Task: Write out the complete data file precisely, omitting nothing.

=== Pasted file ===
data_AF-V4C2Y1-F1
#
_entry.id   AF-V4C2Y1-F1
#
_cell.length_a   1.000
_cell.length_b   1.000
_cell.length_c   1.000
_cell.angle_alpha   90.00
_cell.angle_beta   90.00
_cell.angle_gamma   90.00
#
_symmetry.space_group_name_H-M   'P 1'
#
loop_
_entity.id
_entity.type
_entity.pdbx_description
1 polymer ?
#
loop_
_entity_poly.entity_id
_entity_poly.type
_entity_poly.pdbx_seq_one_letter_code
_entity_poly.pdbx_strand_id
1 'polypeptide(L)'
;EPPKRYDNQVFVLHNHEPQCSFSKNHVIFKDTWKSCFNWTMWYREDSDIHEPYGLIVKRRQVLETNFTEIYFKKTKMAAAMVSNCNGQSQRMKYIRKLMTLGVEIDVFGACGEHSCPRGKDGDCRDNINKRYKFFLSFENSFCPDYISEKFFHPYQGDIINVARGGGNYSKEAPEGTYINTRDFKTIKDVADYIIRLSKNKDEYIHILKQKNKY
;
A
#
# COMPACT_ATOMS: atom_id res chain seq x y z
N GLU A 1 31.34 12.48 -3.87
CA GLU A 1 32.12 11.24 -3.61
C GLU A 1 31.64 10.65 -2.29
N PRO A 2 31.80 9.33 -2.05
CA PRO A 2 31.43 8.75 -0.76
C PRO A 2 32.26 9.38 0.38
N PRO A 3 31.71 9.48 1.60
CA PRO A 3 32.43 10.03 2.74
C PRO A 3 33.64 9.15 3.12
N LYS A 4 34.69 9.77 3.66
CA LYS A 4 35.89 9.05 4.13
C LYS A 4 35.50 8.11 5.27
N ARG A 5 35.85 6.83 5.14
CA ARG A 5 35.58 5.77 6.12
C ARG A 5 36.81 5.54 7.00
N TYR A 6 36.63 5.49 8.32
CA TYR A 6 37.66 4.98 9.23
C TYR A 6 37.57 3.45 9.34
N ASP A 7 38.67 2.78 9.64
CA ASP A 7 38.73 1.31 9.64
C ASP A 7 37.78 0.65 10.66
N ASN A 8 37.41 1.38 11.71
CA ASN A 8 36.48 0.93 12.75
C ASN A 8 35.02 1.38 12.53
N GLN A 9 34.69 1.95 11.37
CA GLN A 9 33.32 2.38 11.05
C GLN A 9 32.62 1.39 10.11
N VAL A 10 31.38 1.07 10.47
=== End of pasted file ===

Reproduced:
data_AF-V4C2Y1-F1
#
_entry.id   AF-V4C2Y1-F1
#
_cell.length_a   1.000
_cell.length_b   1.000
_cell.length_c   1.000
_cell.angle_alpha   90.00
_cell.angle_beta   90.00
_cell.angle_gamma   90.00
#
_symmetry.space_group_name_H-M   'P 1'
#
loop_
_entity.id
_entity.type
_entity.pdbx_description
1 polymer ?
#
loop_
_entity_poly.entity_id
_entity_poly.type
_entity_poly.pdbx_seq_one_letter_code
_entity_poly.pdbx_strand_id
1 'polypeptide(L)'
;EPPKRYDNQVFVLHNHEPQCSFSKNHVIFKDTWKSCFNWTMWYREDSDIHEPYGLIVKRRQVLETNFTEIYFKKTKMAAAMVSNCNGQSQRMKYIRKLMTLGVEIDVFGACGEHSCPRGKDGDCRDNINKRYKFFLSFENSFCPDYISEKFFHPYQGDIINVARGGGNYSKEAPEGTYINTRDFKTIKDVADYIIRLSKNKDEYIHILKQKNKY
;
A
#
# COMPACT_ATOMS: atom_id res chain seq x y z
N GLU A 1 31.34 12.48 -3.87
CA GLU A 1 32.12 11.24 -3.61
C GLU A 1 31.64 10.65 -2.29
N PRO A 2 31.80 9.33 -2.05
CA PRO A 2 31.43 8.75 -0.76
C PRO A 2 32.26 9.38 0.38
N PRO A 3 31.71 9.48 1.60
CA PRO A 3 32.43 10.03 2.74
C PRO A 3 33.64 9.15 3.12
N LYS A 4 34.69 9.77 3.66
CA LYS A 4 35.89 9.05 4.13
C LYS A 4 35.50 8.11 5.27
N ARG A 5 35.85 6.83 5.14
CA ARG A 5 35.58 5.77 6.12
C ARG A 5 36.81 5.54 7.00
N TYR A 6 36.63 5.49 8.32
CA TYR A 6 37.66 4.98 9.23
C TYR A 6 37.57 3.45 9.34
N ASP A 7 38.67 2.78 9.64
CA ASP A 7 38.73 1.31 9.64
C ASP A 7 37.78 0.65 10.66
N ASN A 8 37.41 1.38 11.71
CA ASN A 8 36.48 0.93 12.75
C ASN A 8 35.02 1.38 12.53
N GLN A 9 34.69 1.95 11.37
CA GLN A 9 33.32 2.38 11.05
C GLN A 9 32.62 1.39 10.11
N VAL A 10 31.38 1.07 10.47